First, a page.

Company culture is where HR, employer branding and just being a good business with good people all come together. With aspirational brands of Silicon Valley (eg: Google and Facebook) sweeping our LinkedIn feeds, the concept of company culture has become slightly, um, skewed, with some businesses replacing meaningful HR with ping-pong tables and lukewarm craft beers on a Friday afternoon. Employees (and candidates) want to work with companies that help them to grow – this means investing in your team, thinking of them as the individuals they are, and showing how you, as a business, can help them to reach their career goals.
A great team makes a great business and if you have an amazing company culture, it helps to attract and keep the best talent, who are only going to make your business better. According to a study by professors from Columbia Business School and Duke’s Fuqua School of Business, 50% of executives now agree that corporate culture can influence productivity, creativity, profitability, value and growth, and 92% said they believed improving their firm’s corporate culture would improve the value of the company.
On the flip side, employer review site, Glassdoor found that 84% of employees would consider leaving their current jobs if they were offered another role with a company that had a great reputation. And if they did leave, it would typically cost their current company around 33% of their salary.
So, in other words, company culture’s a big deal.
Training your team is probably one of the best ways to build a strong company culture and show your team that you actually care. Personal development makes people feel valued and allows them to grow in your business, instead of away from it. In fact, employees who think they are progressing in their career are 20 % more likely to stay at their companies. This creates a ‘growth culture’ in your business, attracts the right people, and puts a tangible plan in place that allows you to see exactly how each person can play a part in your wider business goals. Score!
In addition to having a core team who are motivated and want to stick around, it gives your business a competitive edge. The more skills for your team = the more skills for your company, which allows your business to move with the times in wake of new technology, systems and legislation that might affect your industry. When you truly invest in this and look ahead, it puts your business 2,3,4 steps ahead of the competition. Double score!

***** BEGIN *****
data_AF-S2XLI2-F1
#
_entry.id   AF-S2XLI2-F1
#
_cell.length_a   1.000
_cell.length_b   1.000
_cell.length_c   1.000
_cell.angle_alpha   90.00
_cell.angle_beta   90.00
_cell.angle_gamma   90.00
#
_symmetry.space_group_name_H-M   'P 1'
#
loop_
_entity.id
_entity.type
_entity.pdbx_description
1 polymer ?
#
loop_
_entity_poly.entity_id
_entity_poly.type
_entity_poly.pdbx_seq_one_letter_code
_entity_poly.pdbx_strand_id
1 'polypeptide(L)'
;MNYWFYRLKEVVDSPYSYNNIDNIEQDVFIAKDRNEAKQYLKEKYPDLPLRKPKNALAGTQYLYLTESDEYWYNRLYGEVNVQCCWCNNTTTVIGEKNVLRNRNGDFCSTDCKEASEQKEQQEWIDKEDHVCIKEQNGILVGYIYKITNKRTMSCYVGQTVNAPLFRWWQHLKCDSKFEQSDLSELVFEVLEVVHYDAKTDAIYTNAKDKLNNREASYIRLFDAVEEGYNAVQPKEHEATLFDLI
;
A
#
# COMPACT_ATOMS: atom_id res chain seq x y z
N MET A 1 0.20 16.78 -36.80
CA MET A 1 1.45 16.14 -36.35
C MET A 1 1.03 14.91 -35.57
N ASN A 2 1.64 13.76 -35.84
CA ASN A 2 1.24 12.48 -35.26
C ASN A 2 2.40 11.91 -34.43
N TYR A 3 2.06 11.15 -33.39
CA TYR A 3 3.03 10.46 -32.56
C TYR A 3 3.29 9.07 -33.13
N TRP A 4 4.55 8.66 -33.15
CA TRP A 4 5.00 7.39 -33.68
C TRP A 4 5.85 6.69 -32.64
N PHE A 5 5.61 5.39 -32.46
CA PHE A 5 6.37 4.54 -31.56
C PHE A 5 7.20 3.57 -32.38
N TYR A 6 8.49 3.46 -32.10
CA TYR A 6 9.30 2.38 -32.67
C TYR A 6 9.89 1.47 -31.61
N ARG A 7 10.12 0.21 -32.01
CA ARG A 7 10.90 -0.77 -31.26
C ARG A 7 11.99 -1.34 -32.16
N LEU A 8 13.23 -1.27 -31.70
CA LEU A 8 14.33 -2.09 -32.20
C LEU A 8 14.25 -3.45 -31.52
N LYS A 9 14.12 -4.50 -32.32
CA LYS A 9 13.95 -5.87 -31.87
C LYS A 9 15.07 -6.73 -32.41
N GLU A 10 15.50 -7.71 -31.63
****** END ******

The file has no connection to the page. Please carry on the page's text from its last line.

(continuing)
In the worlds of Doug Conant, CEO of Campbell’s Soup “to win in the marketplace, you must first win in the workplace”
Wise words Doug, wise words.
Company culture affects each and every person within the business and everyone should feel valued. But trust me, nothing says ‘you’re not valued’ by only training certain members of staff and not choosing to invest in others – which is something that’s really common for admin roles.
Typically, bigger businesses spend loads of budget on training their technical staff – whether it’s because they feel that they’re more important than admin, or that by law (like in many financial companies) they have to train them in certain things).
Admin staff are often a second thought (if even a thought at all) when it comes to staff training, when actually, when they’re good, can have a huge impact on the efficiency of your wider team and your business. Typically, a good admin should be saving other members of staff hours of time a day, which, if you think of their hourly value, can actually help to save your business money. Which is totally worth it.
As most you know, your team are your greatest asset and when you invest in them, they’ll invest in making your business even better. This is why we create bespoke training and workshops for businesses – from 1-to-1 training, to group workshops and off-site team building days. To learn more about how you can use training to invest in your team and boost company culture, get in touch.